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Thy-1 is a component common to multiple populations of synaptic vesicles.

Jeng CJ, McCarroll SA, Martin TF, Floor E, Adams J, Krantz D, Butz S, Edwards R, Schweitzer ES - J. Cell Biol. (1998)

Bottom Line: Thy-1 is also present in synaptic vesicles in rat central nervous system.Experiments on permeabilized PC12 cells demonstrate that antibodies against Thy-1 inhibit the regulated release of neurotransmitter; this inhibition appears to be independent of any effect on the Ca2+ channel.These findings suggest Thy-1 is an integral component of many types of regulated secretory vesicles, and plays an important role in the regulated vesicular release of neurotransmitter at the synapse.

View Article: PubMed Central - PubMed

Affiliation: Department of Neurobiology and Brain Research Institute, UCLA School of Medicine, Los Angeles, California 90095-1763, USA.

ABSTRACT
Thy-1, a glycosylphosphatidylinositol-linked integral membrane protein of the immunoglobulin superfamily, is a component of both large dense-core and small clear vesicles in PC12 cells. A majority of this protein, formerly recognized only on the plasma membrane of neurons, is localized to regulated secretory vesicles. Thy-1 is also present in synaptic vesicles in rat central nervous system. Experiments on permeabilized PC12 cells demonstrate that antibodies against Thy-1 inhibit the regulated release of neurotransmitter; this inhibition appears to be independent of any effect on the Ca2+ channel. These findings suggest Thy-1 is an integral component of many types of regulated secretory vesicles, and plays an important role in the regulated vesicular release of neurotransmitter at the synapse.

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Related in: MedlinePlus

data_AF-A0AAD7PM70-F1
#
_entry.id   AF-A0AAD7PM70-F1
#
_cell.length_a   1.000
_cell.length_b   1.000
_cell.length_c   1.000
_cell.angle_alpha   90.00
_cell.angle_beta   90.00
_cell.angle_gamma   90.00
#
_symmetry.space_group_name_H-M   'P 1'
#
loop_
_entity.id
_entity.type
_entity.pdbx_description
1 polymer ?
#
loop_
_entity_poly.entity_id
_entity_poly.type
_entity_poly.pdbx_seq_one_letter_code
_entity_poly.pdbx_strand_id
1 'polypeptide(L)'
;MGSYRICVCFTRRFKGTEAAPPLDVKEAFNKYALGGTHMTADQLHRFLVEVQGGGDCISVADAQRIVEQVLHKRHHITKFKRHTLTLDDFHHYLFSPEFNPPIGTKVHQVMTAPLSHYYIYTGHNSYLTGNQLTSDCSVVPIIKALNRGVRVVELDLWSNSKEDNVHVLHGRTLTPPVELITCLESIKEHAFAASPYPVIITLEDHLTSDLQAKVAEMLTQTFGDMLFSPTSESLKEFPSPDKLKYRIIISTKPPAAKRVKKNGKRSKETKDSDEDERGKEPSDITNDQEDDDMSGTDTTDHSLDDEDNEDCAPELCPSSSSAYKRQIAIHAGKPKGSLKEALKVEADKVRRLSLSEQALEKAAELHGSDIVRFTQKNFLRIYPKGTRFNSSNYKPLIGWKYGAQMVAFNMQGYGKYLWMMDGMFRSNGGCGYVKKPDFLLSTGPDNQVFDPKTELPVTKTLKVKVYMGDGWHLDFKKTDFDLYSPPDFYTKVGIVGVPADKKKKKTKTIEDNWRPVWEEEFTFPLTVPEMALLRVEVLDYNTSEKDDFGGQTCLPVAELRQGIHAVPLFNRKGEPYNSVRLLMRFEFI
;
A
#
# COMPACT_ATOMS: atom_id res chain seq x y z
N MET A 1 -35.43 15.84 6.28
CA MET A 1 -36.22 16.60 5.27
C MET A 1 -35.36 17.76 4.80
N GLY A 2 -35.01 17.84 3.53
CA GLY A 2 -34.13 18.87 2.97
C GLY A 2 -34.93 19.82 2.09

Immunofluorescent localization of vesicle markers in  NGF-treated PC12 cells. NGF-treated PC12 cells were fixed, permeabilized, and labeled with 7C8 (A and B), antisecretogranin (C  and D), antisynaptophysin (E and F), or anti-SV2 (G and H) antibodies. This was followed by the addition of biotinylated sheep  anti–mouse IgG and then Texas red–streptavidin. The phase contrast images (A, C, E, and G) corresponding to the immunofluorescence images are shown to the left of each pair. Arrows indicate staining of neurite tips; arrowheads indicate perinuclear  staining. All images are printed at the same magnification; Bar,  20 μm.
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Figure 3: Immunofluorescent localization of vesicle markers in NGF-treated PC12 cells. NGF-treated PC12 cells were fixed, permeabilized, and labeled with 7C8 (A and B), antisecretogranin (C and D), antisynaptophysin (E and F), or anti-SV2 (G and H) antibodies. This was followed by the addition of biotinylated sheep anti–mouse IgG and then Texas red–streptavidin. The phase contrast images (A, C, E, and G) corresponding to the immunofluorescence images are shown to the left of each pair. Arrows indicate staining of neurite tips; arrowheads indicate perinuclear staining. All images are printed at the same magnification; Bar, 20 μm.

Mentions: A comparison of the localization of 7C8 staining within NGF-differentiated PC12 cells with that of other vesicle markers is shown in Fig. 3. Fig. 3 A shows a phase contrast image of three PC12 cells and their associated neurites, whereas Fig. 3 B shows the corresponding immunofluorescence image of these cells after staining with the 7C8 antibody. In this view, both the perinuclear cell bodies (Fig. 3 B, arrowheads) and the neurite terminals (arrows) exhibit approximately equal levels of staining with 7C8; this appearance is consistent with the staining pattern illustrated in Fig. 2 above, combined with the fact that a considerably greater volume of cytoplasm is contained in the perinuclear cell body than in the neurites.